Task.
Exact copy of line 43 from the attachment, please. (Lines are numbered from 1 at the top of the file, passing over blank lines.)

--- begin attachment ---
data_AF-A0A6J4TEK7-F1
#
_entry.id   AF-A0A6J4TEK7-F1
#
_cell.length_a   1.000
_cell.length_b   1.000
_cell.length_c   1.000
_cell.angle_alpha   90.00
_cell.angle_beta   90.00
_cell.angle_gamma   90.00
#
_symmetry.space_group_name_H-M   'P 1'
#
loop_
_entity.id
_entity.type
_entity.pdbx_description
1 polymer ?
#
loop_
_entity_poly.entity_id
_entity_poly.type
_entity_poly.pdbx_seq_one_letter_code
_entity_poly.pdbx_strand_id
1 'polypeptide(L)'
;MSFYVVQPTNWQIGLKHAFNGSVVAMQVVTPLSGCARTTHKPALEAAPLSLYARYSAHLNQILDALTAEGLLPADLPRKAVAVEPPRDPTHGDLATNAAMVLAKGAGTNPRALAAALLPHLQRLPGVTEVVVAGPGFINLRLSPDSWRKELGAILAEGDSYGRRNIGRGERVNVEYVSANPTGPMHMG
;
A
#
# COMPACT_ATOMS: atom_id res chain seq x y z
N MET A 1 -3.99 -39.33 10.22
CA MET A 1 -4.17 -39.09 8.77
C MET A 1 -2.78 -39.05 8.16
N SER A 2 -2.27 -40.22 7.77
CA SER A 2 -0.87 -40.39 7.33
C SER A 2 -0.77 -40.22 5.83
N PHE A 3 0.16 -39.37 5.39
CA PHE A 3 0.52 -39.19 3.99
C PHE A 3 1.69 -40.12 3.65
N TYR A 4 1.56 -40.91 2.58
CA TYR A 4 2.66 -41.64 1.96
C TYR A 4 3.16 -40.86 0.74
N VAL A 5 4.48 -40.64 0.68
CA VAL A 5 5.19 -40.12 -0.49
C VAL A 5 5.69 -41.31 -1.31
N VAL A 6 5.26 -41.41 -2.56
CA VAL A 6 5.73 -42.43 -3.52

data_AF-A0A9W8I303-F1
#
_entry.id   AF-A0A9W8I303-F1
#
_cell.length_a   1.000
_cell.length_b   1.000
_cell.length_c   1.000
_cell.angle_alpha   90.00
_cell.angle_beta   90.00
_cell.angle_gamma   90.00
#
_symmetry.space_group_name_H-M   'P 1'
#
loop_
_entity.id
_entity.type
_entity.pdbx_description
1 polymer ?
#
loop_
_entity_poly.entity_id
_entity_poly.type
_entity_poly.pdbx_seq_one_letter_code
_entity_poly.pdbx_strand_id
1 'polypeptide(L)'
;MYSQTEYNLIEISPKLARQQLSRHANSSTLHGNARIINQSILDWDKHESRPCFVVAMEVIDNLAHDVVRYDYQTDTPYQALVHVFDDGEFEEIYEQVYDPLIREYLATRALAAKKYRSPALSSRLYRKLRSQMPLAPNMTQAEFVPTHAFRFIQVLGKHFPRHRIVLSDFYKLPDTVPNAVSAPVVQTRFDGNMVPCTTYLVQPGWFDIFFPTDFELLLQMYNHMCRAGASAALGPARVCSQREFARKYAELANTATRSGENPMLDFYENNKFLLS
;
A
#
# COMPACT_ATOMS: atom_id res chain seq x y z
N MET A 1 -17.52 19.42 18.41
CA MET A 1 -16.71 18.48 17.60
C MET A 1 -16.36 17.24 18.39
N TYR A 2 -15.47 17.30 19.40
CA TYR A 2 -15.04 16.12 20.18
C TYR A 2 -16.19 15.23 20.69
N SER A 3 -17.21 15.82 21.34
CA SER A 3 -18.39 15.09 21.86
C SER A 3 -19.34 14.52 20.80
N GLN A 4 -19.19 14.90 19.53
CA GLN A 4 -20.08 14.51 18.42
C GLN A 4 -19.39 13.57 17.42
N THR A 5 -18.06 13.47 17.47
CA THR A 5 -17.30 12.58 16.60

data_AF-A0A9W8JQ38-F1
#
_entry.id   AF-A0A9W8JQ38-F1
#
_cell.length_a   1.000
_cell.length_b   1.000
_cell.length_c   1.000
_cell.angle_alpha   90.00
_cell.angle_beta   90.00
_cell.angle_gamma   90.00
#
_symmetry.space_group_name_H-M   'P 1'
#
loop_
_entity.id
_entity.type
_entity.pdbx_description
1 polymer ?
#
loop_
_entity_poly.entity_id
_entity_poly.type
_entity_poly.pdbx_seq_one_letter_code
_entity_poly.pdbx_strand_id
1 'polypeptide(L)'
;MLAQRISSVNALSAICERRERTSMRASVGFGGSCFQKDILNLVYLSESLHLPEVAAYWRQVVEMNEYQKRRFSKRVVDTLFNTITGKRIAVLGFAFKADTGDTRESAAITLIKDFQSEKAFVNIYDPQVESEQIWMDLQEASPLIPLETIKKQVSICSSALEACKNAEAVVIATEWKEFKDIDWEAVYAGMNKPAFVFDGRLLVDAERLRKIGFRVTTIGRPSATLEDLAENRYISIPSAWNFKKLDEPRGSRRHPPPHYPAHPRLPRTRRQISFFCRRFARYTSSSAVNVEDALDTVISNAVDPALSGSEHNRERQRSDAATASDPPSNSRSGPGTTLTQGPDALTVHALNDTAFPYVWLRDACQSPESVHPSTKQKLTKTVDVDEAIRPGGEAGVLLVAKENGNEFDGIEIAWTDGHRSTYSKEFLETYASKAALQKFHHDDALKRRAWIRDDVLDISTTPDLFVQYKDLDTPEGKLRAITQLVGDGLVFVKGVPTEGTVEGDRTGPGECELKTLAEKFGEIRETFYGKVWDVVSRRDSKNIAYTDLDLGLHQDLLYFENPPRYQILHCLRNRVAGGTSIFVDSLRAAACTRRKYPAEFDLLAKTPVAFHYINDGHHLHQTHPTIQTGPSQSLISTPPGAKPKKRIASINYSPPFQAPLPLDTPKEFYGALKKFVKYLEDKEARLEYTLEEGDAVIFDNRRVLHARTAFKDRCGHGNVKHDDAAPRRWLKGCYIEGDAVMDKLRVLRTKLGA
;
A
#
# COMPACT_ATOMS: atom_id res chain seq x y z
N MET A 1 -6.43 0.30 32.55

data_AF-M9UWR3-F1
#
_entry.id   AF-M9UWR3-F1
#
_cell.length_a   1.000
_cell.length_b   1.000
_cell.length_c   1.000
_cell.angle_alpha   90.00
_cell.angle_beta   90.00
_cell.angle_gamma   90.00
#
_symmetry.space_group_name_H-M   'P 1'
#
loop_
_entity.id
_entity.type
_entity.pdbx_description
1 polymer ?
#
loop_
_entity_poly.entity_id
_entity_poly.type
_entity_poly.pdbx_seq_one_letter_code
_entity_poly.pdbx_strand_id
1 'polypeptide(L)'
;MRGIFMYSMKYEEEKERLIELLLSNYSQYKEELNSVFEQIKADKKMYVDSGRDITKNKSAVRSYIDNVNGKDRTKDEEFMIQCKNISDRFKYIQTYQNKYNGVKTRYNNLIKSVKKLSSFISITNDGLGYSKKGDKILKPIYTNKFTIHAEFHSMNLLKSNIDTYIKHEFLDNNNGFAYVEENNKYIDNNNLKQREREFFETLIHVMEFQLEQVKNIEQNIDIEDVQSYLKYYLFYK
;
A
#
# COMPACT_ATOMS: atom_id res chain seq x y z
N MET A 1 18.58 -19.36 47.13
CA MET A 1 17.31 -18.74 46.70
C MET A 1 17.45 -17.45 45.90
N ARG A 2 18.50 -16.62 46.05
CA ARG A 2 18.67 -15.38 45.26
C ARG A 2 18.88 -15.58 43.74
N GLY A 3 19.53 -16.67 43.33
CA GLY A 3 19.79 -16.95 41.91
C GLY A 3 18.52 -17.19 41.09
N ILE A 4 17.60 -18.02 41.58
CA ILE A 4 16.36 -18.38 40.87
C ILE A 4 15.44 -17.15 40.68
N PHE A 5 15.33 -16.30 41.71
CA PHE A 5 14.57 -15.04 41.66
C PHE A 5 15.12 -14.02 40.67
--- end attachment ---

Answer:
N VAL A 5 4.48 -40.64 0.68